You pick up the phone and give the police an address. Tell them through tears that there are hostages at the household and that you need police assistance immediately. They arrive with AR-15s, flash-bangs and battering rams — and find a 19-year-old kid playing Call of Duty in his boxers.
Congrats! You just "swatted" that noob. Swatting is a new kind of prank that sits at the sweet intersection of Internet trolling and the militarization of the American police force.
Until now, swatting has been a state-by-state issue, with a patchwork of anti-swatting bills in states like California and New Jersey. But Rep. Katherine Clark (D-Mass.) is trying to settle the issue federally, with a national bill called the Interstate Swatting Hoax Act that would ban the use of "false communications with the intent to cause an emergency response."
From the text of the bill:
Whoever, with the intent to cause an emergency response by any law enforcement agency, in the absence of circumstances requiring such a response, uses a telecommunications system, the mails or any other facility of interstate or foreign commerce to knowingly transmit false or misleading information indicating that conduct has taken, is taking or will take place that may reasonably be believed to constitute a violation of any state or federal criminal law, or endanger public health or safety, shall —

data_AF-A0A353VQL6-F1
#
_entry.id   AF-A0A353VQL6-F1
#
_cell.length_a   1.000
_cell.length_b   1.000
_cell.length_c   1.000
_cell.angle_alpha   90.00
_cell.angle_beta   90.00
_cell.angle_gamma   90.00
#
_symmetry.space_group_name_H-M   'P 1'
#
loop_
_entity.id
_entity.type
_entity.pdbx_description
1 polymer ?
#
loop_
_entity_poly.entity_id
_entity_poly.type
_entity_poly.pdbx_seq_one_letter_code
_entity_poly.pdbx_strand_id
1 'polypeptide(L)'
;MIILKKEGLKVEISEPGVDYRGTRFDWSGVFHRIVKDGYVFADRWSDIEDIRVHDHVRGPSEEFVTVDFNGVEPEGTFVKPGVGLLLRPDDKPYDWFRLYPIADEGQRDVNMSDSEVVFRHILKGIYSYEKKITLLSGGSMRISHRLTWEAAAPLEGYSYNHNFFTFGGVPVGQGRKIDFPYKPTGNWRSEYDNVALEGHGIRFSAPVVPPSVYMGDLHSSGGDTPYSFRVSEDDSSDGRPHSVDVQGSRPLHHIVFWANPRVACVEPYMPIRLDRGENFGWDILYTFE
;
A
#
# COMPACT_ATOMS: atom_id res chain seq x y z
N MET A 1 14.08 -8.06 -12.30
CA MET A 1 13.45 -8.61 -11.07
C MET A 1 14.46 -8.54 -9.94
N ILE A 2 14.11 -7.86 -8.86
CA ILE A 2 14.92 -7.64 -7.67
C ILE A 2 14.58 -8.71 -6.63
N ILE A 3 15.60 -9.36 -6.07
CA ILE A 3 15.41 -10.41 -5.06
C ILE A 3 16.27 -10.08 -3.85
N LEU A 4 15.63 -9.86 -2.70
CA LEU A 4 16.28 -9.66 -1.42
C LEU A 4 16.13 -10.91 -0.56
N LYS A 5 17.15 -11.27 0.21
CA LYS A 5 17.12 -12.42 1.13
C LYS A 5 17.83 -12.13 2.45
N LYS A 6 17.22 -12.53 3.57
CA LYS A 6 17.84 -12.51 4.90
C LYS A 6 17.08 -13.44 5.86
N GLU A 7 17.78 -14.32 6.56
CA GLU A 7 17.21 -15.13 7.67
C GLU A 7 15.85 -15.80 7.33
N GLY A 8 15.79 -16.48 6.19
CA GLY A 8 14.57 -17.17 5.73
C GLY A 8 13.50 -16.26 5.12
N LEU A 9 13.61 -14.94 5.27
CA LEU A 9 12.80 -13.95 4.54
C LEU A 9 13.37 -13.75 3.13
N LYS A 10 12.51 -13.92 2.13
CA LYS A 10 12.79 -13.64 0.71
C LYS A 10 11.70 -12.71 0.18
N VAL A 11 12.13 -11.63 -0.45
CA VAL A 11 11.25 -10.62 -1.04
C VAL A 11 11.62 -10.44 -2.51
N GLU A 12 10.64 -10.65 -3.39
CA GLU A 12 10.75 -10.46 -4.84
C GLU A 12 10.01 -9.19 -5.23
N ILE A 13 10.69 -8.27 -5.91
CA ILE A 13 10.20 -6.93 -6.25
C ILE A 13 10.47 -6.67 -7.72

Put simply: The bill would make it so that in every state, calling a SWAT team on someone else as a prank is punishable with jail time.
A separate clause of the bill requires that the prankster bear the burden of whatever cash is burned as a result of sending an entire police force to break into someone's home.
The dangerous spectacle: The targets of swatting aren't just gamers but gaming live-streamers. On sites like Twitch.tv, where gamers broadcast themselves while they play, the goal is to embarrass the broadcaster by creating a theater out of putting an unwitting gamer at the center of a police raid.
But not only is it a dramatic waste of police resources — some estimates run as high as $10,000 — it runs the obvious mortal risk of putting an innocent person in front of the barrel of a loaded gun.
"Perpetrators of these hoaxes purposefully use our emergency responders to harm their victims," Clark said in the official announcement of the new legislation. "These false reports are dangerous and costly and have resulted in serious injury to victims and law enforcement. It is time to update our laws to appropriately address this crime."